When the Nazis came for the communists,
I remained silent;
I was not a communist.
When they locked up the social democrats,
I remained silent;
I was not a social democrat.
When they came for the trade unionists,
I did not speak out;
I was not a trade unionist.
When they came for the Jews,
I remained silent;
I wasn’t a Jew.
When they came for me,
there was no one left to speak out.
We are on a slippery slope. If people like Paul Williams fall prey to our global secularized culture (especially when it is able to bypass the U.S. 1st Amendment), then we are not far downstream. I’ve asked Williams what we can do to help. He replied: “Bill, thanks for your kind note. One way to move forward is to get the word out… I wrote an Op-Ed piece for your blog that accompanies this note. Another way is to help me [inform people about] the nefarious consequences of free trade agreements, such as NAFTA, to our Constitutional rights as a people. I’m willing to speak anywhere for free albeit I’m broke.” I encourage UD readers to visit
and seriously ponder how they might help Williams turn this situation around so that instead of constituting an assault on freedom of expression it becomes an affirmation of it. Below is the op-ed he asked me to post.
AMERICANS SHOULD NOT BE STRIPPED OF THEIR CONSTITUTIONAL RIGHTS BY FOREIGN COUNTRIES
By Paul L. Williams
I am a United States citizen on trial in Canada for exposing a situation at McMaster University in Hamilton, Ontario that threatened the lives and welfare of Canadians and Americans alike. My book The Dunces of Doomsday, published in the U.S. by Cumberland House, revealed potential terrorist threats from al-Qaeda affiliates at McMaster. The university is suing me for libel, demanding $4 million in punitive and aggregated damages.
Unlike American libel laws where the plaintiff must prove that what said about him is not true and it was said in malice, Canadian libel laws, like the British, put the burden of proof on the defendant, not on the plaintiff.
What I wrote and said about McMaster from my home in Pennsylvania falls well within the standards of responsible journalism. Nevertheless, I have been dragged into court in Toronto, Canada, to be tried under Canadian law that lacks the U.S. Constitutional protection of free speech.
This ordeal has damaged my professional career, depleted my life savings, and placed me in financial jeopardy.
I am not alone.
Other writers have suffered a similar fate, including Joe Sharkey, a New Jersey-based freelance business journalist is being sued for reporting about a plane crash he survived over the Amazon. A woman who claims Sharkey offended the “dignity” of Brazil by criticizing its air-traffic control is suing him for libel in Brazil. This despite the U.S. National Transportation Safety Board’s conclusion that the Brazilian air traffic control was responsible to the crash. She demands $500,000 and apologies in national and international media outlets.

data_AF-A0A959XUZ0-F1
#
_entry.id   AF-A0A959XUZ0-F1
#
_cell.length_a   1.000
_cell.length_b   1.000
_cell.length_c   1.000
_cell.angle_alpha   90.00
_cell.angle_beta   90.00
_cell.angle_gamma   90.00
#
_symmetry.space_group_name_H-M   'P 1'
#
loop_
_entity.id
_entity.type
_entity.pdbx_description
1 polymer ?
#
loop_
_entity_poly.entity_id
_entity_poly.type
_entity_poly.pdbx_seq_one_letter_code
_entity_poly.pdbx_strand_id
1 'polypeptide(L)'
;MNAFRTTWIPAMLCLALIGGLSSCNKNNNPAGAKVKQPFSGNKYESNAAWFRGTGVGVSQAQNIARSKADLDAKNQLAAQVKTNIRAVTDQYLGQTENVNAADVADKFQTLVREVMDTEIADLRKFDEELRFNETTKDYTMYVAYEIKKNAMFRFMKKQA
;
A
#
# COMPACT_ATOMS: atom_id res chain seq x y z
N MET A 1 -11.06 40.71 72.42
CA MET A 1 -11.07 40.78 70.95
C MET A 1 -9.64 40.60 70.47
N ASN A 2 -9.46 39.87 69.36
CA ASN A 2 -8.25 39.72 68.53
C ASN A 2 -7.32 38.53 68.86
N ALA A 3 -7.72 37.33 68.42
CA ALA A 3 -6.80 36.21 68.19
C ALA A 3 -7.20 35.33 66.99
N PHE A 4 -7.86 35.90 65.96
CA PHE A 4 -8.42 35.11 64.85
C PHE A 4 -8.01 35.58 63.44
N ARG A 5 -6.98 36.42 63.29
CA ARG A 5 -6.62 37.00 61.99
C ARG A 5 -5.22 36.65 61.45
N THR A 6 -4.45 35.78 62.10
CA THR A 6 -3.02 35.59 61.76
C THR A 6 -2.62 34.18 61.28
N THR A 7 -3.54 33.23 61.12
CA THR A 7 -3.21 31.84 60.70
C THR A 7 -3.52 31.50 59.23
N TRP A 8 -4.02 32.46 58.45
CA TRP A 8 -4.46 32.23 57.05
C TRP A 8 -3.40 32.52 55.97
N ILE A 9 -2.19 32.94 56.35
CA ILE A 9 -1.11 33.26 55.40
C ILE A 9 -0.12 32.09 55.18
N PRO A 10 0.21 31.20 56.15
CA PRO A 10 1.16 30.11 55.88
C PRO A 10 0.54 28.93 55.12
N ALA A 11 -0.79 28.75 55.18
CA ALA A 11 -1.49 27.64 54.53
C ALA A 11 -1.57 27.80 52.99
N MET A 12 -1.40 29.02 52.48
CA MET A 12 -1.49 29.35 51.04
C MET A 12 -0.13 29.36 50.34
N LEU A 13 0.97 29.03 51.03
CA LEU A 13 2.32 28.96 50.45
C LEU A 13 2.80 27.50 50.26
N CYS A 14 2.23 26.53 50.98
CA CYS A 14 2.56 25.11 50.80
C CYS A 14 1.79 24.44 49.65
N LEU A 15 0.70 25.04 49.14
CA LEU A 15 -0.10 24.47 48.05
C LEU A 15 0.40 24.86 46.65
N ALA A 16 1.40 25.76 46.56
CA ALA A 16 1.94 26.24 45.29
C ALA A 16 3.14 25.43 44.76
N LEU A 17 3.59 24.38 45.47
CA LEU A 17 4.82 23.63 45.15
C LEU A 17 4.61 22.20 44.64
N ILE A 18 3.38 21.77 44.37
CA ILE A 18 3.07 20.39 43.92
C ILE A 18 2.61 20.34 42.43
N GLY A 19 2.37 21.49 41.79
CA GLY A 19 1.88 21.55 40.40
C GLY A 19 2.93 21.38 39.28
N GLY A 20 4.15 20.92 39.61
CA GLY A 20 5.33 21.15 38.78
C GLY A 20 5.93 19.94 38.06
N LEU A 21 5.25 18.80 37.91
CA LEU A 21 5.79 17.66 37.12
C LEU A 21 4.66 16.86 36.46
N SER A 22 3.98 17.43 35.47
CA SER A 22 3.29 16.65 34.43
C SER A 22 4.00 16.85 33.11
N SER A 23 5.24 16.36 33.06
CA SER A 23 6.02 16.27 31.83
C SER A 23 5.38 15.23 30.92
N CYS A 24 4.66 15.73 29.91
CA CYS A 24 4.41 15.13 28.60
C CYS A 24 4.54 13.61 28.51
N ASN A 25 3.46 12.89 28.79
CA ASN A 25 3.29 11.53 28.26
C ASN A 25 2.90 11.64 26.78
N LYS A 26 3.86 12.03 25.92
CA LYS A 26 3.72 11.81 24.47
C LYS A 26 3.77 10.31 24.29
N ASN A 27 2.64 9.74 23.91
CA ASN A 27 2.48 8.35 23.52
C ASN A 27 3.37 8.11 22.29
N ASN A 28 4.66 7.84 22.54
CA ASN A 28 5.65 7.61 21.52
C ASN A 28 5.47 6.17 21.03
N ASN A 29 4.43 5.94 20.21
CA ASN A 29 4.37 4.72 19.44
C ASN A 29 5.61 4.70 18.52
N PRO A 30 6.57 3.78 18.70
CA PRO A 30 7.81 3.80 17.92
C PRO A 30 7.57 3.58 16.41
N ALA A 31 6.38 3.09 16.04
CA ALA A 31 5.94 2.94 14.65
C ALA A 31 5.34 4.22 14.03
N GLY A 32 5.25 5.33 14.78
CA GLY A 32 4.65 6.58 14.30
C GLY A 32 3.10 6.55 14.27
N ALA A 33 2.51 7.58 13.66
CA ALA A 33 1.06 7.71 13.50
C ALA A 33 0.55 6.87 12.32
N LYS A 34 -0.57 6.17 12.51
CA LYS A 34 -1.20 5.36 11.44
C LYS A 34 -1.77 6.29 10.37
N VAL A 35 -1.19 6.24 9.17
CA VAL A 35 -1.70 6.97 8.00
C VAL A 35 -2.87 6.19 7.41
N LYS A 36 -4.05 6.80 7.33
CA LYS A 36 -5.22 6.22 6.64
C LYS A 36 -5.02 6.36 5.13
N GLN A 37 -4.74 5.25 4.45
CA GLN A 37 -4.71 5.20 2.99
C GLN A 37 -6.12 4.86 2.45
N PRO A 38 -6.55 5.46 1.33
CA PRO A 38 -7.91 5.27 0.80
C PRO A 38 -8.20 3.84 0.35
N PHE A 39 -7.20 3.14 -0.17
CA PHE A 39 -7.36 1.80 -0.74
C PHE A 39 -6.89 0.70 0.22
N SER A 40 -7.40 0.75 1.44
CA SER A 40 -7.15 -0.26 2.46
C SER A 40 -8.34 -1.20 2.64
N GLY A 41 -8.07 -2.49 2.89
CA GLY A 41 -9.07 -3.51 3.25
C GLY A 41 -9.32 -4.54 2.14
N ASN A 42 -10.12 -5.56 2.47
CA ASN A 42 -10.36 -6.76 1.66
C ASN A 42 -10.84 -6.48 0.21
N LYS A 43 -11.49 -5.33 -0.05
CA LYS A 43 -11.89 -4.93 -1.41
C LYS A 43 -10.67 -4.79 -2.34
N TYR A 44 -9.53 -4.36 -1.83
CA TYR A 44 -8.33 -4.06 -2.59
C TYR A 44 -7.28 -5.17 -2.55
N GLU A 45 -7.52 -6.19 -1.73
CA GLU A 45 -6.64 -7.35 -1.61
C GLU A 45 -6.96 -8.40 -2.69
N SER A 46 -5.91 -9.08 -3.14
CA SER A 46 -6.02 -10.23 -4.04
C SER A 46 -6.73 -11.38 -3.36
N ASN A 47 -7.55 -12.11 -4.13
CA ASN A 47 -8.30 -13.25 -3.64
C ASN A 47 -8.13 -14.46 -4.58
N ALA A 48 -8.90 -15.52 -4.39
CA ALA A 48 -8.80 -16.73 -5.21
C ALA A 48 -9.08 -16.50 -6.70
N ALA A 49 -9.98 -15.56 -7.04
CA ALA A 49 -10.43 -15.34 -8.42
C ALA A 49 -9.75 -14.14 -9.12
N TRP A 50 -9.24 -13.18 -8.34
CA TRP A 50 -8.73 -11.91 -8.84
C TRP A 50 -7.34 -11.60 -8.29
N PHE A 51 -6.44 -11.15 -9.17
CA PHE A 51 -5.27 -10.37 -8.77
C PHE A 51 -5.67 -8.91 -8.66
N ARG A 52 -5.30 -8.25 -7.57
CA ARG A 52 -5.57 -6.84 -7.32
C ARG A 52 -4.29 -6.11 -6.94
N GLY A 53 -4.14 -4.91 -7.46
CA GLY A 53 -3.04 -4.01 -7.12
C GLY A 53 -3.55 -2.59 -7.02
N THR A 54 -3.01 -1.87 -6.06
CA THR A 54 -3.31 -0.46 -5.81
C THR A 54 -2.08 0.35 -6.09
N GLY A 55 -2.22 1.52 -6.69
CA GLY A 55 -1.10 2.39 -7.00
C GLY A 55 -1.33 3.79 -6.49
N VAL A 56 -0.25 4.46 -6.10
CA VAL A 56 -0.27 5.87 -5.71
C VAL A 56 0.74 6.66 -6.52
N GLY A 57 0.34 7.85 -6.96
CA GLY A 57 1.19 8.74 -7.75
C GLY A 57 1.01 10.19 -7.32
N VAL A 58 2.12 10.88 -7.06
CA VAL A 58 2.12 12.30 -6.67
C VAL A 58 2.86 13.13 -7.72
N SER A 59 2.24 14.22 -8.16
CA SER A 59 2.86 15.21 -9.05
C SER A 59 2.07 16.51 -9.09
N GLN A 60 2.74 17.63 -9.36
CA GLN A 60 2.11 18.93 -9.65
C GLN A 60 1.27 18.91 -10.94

Dr. Rachel Ehrenfeld, whose criticism of a Khalid bin Mahfouz, a Saudi billionaire who funded al-Qaeda, has resulted in a judgment by default in British court against her for allegedly defaming the Saudi. She was ordered to pay $250,000, apologize in international media outlets and destroy her book: Funding Evil; How Terrorism Is Financed — and How to Stop It.
The same ordeal can befall all investigative reporters in the U.S. unless federal legislators pass The Free Speech Protection Act 2009, which is now before the Senate Judiciary Committee.
Last week my pretrial took place in Toronto. It was not a pleasant experience. My Canadian lawyers and the appointed mediator spent seven hours attempting to coerce me into signing an apology to McMaster University for stating the truth. They maintained that none of my statements were factual according to Canadian libel laws.
I pointed to the fact that McMaster was home to several al-Qaeda members who plotted to blow up Canada’s Parliament and behead its prime minister. In fact, a week before my pretrial took place, the guilty plea of a McMaster student, Saad Gaya, to charges of terrorism captured the headlines of Canadian newspapers. Gaya was one of eighteen al-Qaeda affiliates also charged with planning to blow up trucks loaded with bombs at the Toronto Stock Exchange, the Toronto office of the Canadian Security intelligence Service and a military base on Ontario. He was the eleventh to be convicted. The remaining seven members of the group, known as the “Toronto 18,” remain in prison awaiting trial. Such statements of fact have done little to persuade McMaster to drop the lawsuit, and my trial is set for April 2010.
In Canada, as in England and Brazil, truth is not an absolute defense.
No American citizen should be stripped of his/her Constitutional rights by foreign countries or foreign entities.
Congress should act immediately to pass the Free Speech Protection Act 2009.
Paul L. Williams, Ph.D.
Clarks Green, PA